American chemist who shared the 1995 Nobel Prize for Chemistry with
chemists Mario Molina and Paul Crutzen for research on the depletion
of the Earth's ozone layer. Working with Molina, Rowland discovered
that man-made chlorofluorocarbon (CFC) propellants accelerate the decomposition
of the ozonosphere, which protects the Earth from ultraviolet radiation.
Their findings eventually brought about international changes in the
Rowland and Molina theorized that CFC gases combine with solar radiation
and decompose in the stratosphere, releasing atoms of chlorine and chlorine
monoxide that are individually able to destroy large numbers of ozone
molecules. Their research, first published in Nature magazine in 1974,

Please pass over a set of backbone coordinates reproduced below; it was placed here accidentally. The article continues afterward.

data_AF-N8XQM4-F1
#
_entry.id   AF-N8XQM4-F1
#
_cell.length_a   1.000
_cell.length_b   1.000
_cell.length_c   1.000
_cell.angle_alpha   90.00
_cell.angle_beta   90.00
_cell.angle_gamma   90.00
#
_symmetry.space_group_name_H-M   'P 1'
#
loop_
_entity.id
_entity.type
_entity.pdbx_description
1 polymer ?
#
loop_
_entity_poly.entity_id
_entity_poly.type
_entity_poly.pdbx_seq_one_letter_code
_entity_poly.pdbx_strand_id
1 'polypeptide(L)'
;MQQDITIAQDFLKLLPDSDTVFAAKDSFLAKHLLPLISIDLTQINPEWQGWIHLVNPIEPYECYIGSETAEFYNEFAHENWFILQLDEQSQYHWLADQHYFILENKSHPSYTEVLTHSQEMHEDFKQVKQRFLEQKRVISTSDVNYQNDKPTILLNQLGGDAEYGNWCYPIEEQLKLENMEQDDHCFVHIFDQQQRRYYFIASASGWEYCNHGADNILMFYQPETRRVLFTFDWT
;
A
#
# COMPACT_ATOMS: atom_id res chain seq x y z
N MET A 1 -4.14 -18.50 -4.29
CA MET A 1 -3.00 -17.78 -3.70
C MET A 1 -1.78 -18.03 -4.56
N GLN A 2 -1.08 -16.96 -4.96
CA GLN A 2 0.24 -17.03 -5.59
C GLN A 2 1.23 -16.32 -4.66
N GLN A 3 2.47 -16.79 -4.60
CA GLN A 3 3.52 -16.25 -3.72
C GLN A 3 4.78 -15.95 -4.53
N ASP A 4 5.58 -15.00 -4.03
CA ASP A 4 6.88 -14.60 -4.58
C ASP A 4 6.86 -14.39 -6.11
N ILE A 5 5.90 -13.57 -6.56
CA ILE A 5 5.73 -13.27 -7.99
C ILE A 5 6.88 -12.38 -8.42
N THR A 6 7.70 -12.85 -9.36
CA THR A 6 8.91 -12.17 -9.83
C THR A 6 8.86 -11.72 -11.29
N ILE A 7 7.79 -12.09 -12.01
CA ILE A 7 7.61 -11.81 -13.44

initiated a federal investigation of the problem. The National Academy
of Sciences concurred with their findings in 1976, and in 1978 CFC-based
aerosols were banned in the United States. Further validation of their
work came in the mid-1980s with the discovery of the so-called hole
in the ozone shield over Antarctica. In 1987 an international protocol
to ban the production of ozone-depleting gases was negotiated by the
United Nations in Montreal.
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